Edmond J. and Mary E. began dating in December 1946. Two years later they married at the Blessed Sacrament Church (4200 block of Old York Road). The couple separated in 1962, and Mary E. moved into the Wernig house at 3704 Greenmount Avenue with her four children to live with her mother. By 1965 the couple divorced. 3704 Greenmount Avenue became the permanent residence of Mary E. and her children. In 1970, Edmond F.’s grandmother, M. Evelyn Wernig, died suddenly and left the house to her daughter Mary E. and her heirs, the four children–Edmond, Michael, Mary Ann, and Harry.

Edmond Kohlhepp, 1 years old, with his mother, Mary E. Kohlhepp

Edmond Francis, born in 1949, and his mother had many fond memories of the house and the neighborhood. He recalled the time she took the streetcar to La Paix Lane in the Towson area to visit her great uncle and aunt. From her relative’s house, Mary E. could look over to the Turnbull Estate and see the famous writer and novelist F. Scott Fitzgerald walking around in the backyard or swimming in the pool. Edmond F. also remembers his visits to Sherwood Gardens. One time, he even met Mr. Sherwood.

Some of Edmond F.’s fondest memories are of visiting the famous sculptor, Grace Hill Turnbull, twice a year for seven years from 1965-72. She lived in his neighborhood on Chancery Road, a few blocks northwest of their house. Although in her eighties, she was sharp as a tack and very knowledgeable about many topics. She always insisted that Edmond play her one of his recent musical compositions on her grand piano.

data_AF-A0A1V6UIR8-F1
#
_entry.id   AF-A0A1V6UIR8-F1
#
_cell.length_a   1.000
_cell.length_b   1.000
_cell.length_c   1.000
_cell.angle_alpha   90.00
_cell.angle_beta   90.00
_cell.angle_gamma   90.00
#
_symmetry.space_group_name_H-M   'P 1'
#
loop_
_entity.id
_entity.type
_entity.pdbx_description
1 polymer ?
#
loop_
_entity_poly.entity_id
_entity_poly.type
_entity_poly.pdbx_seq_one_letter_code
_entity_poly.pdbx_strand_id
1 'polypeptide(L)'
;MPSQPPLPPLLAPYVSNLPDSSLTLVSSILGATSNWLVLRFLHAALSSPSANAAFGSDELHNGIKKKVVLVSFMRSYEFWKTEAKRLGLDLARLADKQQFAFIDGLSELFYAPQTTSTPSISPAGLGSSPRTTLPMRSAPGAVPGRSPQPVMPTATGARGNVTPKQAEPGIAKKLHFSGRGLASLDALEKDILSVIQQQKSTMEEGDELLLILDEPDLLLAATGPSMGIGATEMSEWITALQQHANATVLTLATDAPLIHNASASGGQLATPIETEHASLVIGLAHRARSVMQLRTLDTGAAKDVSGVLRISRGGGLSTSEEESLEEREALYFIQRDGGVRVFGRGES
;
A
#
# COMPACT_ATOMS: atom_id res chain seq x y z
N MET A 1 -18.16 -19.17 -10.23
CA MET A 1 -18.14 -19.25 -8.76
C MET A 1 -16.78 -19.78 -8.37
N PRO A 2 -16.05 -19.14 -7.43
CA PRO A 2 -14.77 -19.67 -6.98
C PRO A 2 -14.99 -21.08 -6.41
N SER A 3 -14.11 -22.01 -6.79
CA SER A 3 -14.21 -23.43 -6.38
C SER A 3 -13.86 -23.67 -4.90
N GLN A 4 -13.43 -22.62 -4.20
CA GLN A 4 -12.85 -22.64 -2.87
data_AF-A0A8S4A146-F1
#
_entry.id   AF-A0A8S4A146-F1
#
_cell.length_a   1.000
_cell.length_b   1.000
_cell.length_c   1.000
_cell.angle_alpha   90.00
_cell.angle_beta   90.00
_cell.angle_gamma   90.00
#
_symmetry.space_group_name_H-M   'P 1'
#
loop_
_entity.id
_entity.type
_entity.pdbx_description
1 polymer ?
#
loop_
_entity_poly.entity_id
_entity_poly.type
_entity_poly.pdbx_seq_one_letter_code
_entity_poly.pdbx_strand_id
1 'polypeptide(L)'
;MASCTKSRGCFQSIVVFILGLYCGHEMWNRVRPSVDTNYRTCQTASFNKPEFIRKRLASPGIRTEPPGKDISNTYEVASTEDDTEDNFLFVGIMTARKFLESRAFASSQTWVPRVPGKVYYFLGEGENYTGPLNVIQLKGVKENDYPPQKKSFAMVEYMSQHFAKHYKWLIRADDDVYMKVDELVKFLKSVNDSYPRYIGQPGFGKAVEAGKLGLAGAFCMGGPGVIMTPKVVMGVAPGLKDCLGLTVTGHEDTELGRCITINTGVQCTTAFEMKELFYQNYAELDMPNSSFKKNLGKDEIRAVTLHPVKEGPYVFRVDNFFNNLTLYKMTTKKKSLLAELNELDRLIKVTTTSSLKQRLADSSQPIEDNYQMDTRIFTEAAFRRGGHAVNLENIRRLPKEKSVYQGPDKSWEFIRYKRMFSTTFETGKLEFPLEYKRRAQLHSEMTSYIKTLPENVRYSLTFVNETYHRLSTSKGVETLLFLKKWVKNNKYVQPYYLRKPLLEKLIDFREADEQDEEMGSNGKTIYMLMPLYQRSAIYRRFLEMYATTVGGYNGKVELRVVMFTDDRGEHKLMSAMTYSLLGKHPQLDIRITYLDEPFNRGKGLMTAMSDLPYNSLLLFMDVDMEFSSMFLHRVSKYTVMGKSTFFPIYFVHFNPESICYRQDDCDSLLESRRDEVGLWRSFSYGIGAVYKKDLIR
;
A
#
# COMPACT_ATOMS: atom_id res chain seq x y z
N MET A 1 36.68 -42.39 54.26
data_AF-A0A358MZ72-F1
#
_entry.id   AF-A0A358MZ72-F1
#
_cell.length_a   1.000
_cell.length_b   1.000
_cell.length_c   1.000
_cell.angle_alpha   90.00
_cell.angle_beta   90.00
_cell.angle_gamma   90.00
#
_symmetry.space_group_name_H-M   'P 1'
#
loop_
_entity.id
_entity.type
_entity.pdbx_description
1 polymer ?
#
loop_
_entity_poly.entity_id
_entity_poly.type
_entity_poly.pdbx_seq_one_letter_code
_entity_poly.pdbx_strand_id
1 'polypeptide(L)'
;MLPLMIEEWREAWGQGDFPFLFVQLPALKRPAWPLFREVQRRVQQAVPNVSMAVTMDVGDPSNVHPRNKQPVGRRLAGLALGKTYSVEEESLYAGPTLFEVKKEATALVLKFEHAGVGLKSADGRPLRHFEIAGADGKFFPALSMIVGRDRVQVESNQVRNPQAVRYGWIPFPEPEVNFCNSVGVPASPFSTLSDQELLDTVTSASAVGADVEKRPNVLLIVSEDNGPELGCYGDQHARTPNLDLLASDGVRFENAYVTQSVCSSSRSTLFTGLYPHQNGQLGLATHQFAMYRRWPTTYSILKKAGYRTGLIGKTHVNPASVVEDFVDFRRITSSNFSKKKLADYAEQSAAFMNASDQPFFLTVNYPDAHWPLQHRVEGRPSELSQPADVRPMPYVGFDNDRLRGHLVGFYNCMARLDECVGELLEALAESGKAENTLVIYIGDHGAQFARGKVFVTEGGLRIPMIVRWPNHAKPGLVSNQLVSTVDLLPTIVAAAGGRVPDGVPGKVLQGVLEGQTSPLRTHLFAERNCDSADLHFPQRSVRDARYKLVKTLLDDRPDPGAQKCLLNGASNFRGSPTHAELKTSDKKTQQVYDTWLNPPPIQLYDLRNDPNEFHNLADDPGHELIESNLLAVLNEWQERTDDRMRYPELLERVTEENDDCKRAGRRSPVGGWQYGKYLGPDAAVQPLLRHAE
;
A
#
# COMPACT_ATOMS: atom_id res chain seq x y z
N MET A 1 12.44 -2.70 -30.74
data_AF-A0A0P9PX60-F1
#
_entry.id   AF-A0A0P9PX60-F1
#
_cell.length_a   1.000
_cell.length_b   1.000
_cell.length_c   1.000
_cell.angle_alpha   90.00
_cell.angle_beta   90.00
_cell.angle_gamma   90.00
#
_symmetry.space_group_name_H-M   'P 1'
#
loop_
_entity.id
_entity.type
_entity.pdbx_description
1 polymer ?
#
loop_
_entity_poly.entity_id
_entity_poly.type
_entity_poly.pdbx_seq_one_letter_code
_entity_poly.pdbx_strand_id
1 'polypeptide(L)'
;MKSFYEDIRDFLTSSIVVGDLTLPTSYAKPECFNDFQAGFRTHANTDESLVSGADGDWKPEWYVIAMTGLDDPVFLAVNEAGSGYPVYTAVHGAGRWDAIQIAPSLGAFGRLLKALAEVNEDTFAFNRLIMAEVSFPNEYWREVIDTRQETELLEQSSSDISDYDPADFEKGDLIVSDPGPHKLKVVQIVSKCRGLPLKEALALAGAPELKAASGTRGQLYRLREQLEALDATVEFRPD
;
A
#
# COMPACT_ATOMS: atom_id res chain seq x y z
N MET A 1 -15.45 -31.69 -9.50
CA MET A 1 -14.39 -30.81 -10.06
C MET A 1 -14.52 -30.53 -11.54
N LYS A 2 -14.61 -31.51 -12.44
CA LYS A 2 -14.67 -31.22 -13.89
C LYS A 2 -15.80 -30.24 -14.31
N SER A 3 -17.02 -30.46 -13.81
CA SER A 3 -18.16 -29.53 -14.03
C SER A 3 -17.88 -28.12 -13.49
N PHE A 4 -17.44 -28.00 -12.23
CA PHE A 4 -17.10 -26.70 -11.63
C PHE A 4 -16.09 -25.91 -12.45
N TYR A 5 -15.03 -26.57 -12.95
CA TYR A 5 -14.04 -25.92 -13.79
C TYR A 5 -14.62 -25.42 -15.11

Mary E. Kohlhepp passed away in 2005 and the grand old house became the possession of the next generation. Upon the decision of the children of Mary E. Kohlhepp, the eldest son, Edmond F. Kohlhepp would occupy the house. On November 11, 2019, Baltimore Heritage was pleased to mount a Centennial Homes plaque on the Wernig/Kohlhepp house.

On November 11, 2019, Baltimore Heritage mounted a Centennial Homes plaque on the Wernig/Kohlhepp house. From right to left, siblings Ed Kohlhepp, Mary Ann Kohlhepp Bacon and Harry Kohlhepp

 

Summary of material compiled by Lisa Doyle. For the full house and family history, please see Lisa Doyle’s The Wernig and Kohlhepp Family

Celebrations in the City: A Baltimore Christmas Talk with Historian Wayne Schaumburg, a Holiday Tour of Evergreen, and Author Elaine Weiss on Winning the Women’s Vote

As we head into the holiday season, we have much to remember and celebrate here in Baltimore. We hope you can spend a slice of it with us at some of final talks and tours of the year.

On November 17, Baltimore historian Wayne Schaumburg will illuminate some of the city’s winter traditions going back to the 1940s with a talk on Christmas in Old Baltimore. If have you ever wondered which Baltimore holiday traditions have changed over the years and which have stayed the same, join us to find out.

Stay in the holiday spirit on December 11 as we tour Evergreen Museum & Library, a Gilded Age mansion that will be adorned for the holidays. Baltimore Heritage volunteer and Evergreen docent Richard Messick will help us take in this tremendous estate’s seasonal decorations while learning about its rich history.

Want more to celebrate? On December 15, come rejoice in the history of the women who fought for the right to vote with a talk by author Elaine Weiss on her book, The Woman’s Hour: The Great Fight to Win the Vote. Join us to travel back in time to an extraordinary period in American history when suffragists had to push against countless barriers in their quest for the vote. We think that is something worth celebrating.

Bring a loved one. Bring a friend. And join us to learn a little and celebrate a lot of Baltimore’s heritage.